“First, you may call me or email me up to three times a week, Monday through Friday during the workday. Second, you will keep a record of every question you ask and every answer I provide.”

“Oh yeah? Why?”

“You have a right to know everything you possibly can know before making the decision to transition from your church ministry to the military. Since you and your wife need to pray over this potential move together, you need to keep a notebook that you can both review from time to time. And after you have the answers to all your questions, you’ll have a large notebook full of information about ministry in the military, and who knows, maybe you’ll be able to help someone else someday.”

The guy agreed, and boy did he have a ton of questions. In the process of Q&A, he and I became good friends. My wife and I even visited his church to see him in action and meet his wife. After about six months, he had a fat notebook filled with everything he needed to know about military chaplain ministry. He made the decision to apply and was selected.

It’s important to keep in mind that ministry in the military is in many ways the same as ministry in a local congregation. Men and women in the uniformed services have the same needs as those who are schoolteachers, plumbers, mechanics, or salespersons. The context is different and there are some issues particular to the military, as there are in any field. But Soldiers, Sailors, Airmen, Coast Guardsmen, and Marines need someone to teach them the Bible, provide pastoral counseling, visit them when they’re sick, model effective relationship styles, and set an example for how to live for Jesus, just like anyone in any town in America.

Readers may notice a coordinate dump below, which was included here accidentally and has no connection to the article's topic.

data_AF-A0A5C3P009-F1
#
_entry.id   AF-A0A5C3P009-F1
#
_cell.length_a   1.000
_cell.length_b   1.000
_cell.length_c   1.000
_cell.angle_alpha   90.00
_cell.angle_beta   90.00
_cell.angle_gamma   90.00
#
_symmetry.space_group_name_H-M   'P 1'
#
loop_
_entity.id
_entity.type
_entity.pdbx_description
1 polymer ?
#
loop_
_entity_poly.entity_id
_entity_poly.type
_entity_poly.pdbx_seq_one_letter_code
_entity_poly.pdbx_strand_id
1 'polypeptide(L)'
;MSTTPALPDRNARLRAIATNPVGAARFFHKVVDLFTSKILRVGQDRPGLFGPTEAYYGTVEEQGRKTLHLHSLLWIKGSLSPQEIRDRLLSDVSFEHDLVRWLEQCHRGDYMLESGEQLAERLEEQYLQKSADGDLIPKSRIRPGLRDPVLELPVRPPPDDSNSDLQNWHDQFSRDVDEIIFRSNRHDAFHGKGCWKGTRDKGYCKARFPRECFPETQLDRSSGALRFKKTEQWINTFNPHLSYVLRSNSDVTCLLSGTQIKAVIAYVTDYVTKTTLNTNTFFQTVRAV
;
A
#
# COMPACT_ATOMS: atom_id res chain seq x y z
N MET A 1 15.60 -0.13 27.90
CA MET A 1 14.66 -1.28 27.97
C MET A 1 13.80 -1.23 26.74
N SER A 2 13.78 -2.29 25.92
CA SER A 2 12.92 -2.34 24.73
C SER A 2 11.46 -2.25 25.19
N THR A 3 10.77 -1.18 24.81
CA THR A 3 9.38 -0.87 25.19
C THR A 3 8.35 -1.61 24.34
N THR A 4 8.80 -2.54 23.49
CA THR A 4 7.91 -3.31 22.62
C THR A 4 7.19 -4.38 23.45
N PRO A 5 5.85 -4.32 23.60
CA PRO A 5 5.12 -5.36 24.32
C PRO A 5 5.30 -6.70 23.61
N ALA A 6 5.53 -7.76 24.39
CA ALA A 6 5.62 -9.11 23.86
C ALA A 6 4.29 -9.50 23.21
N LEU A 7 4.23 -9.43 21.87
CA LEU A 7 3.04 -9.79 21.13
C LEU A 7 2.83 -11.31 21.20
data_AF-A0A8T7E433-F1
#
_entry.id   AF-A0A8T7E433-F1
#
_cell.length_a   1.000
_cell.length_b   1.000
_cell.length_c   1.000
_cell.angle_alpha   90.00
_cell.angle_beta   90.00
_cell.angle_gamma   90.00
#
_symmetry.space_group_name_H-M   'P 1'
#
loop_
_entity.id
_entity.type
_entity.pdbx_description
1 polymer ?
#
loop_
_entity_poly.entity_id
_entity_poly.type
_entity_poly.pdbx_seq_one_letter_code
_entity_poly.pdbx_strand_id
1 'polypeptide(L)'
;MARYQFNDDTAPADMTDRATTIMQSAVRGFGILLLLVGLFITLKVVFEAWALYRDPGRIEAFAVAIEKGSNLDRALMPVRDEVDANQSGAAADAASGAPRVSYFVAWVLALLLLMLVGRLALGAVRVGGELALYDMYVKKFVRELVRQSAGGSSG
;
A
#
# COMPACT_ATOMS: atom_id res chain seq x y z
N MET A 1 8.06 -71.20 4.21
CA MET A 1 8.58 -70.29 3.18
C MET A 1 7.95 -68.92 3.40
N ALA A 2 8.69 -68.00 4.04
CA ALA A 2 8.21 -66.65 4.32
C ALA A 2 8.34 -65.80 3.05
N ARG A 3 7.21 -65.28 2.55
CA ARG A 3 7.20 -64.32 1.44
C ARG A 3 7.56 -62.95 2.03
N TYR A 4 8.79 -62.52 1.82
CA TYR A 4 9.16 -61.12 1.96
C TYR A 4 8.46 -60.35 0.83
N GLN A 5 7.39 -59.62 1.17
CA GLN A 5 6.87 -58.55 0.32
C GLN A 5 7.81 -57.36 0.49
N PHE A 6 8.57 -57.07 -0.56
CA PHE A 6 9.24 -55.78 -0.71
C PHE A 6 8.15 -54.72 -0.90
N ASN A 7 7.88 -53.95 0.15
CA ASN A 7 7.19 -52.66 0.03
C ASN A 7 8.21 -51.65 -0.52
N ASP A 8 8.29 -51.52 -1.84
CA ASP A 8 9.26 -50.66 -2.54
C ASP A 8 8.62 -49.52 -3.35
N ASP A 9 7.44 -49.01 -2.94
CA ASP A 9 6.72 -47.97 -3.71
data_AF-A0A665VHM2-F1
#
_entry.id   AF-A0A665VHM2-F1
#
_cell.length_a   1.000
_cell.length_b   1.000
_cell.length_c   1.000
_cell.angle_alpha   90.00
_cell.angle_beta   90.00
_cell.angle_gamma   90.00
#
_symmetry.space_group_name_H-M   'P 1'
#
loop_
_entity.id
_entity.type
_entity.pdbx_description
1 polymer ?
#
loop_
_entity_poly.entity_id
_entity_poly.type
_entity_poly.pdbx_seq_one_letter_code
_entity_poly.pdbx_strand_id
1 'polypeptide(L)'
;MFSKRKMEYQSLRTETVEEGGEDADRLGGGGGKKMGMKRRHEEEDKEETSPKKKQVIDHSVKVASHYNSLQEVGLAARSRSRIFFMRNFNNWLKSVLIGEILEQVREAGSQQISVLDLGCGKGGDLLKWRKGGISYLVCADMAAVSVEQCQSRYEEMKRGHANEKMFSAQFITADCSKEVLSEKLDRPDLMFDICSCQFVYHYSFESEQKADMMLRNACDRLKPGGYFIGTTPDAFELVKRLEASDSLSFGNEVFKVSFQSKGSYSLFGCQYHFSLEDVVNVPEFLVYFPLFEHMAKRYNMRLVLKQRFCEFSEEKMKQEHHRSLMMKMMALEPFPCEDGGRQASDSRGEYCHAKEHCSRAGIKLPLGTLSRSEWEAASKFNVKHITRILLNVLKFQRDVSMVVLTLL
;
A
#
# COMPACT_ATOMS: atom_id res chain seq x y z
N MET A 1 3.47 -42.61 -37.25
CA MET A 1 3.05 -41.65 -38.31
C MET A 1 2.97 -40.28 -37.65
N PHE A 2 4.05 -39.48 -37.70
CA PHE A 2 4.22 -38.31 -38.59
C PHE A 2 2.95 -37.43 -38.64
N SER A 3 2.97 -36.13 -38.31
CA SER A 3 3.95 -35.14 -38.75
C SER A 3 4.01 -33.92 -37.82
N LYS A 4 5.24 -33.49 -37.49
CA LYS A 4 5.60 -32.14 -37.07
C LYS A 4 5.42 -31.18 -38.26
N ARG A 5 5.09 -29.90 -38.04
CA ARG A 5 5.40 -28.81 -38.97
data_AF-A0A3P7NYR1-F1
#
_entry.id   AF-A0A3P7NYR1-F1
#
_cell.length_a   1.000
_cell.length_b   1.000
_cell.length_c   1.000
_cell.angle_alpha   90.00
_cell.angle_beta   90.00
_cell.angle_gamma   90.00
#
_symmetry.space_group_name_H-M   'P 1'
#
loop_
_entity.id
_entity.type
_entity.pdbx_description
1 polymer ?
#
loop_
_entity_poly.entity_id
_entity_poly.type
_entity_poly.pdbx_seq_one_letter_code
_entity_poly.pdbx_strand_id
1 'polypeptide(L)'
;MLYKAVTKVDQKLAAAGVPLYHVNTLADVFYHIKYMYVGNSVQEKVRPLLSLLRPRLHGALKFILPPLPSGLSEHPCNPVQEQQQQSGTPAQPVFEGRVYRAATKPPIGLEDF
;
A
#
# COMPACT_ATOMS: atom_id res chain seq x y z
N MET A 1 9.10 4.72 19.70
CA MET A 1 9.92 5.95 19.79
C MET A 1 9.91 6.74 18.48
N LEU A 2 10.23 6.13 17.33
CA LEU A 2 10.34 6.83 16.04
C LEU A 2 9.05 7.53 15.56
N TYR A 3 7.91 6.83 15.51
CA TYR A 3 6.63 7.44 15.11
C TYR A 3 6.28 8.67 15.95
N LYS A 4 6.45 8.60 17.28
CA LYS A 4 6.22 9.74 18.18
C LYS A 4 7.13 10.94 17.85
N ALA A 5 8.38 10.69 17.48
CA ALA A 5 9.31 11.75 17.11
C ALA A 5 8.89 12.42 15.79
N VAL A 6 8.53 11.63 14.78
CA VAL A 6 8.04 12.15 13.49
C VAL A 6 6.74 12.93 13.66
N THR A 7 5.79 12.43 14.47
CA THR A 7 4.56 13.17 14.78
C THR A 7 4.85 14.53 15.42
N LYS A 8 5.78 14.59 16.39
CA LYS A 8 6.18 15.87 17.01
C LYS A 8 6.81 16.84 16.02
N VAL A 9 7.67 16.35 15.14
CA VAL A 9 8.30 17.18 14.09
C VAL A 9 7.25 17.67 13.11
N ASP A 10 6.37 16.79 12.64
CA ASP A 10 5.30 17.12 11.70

The above is an excerpt from the book titled Military Ministry: Chaplains in the Twenty-First Century, written by Paul Linzey and Keith Travis, published by Wipf & Stock.

Pearl Harbor

I’ll never forget what he said, or the look on his face as he relived the hell of battle. Dad’s words were bathed in emotion. Hardened by the intense heat of battle, he still choked up at times as he remembered Guadalcanal, Gilbert Islands, Coral Sea, and Midway. He repeated “Coral Sea,” hesitated, breathed deeply and said, “Midway.”

Did I detect anger? Or was it sorrow?

Dad won the Texas State High School Championship as a clarinetist in the school band, then joined the navy in 1938 as a musician. In peace time he played the clarinet in the USS Yorktown Band, and the saxophone in the jazz band. But in battle he was an intra-ship radioman, assigned to the aircraft carrier, USS Yorktown CV-5.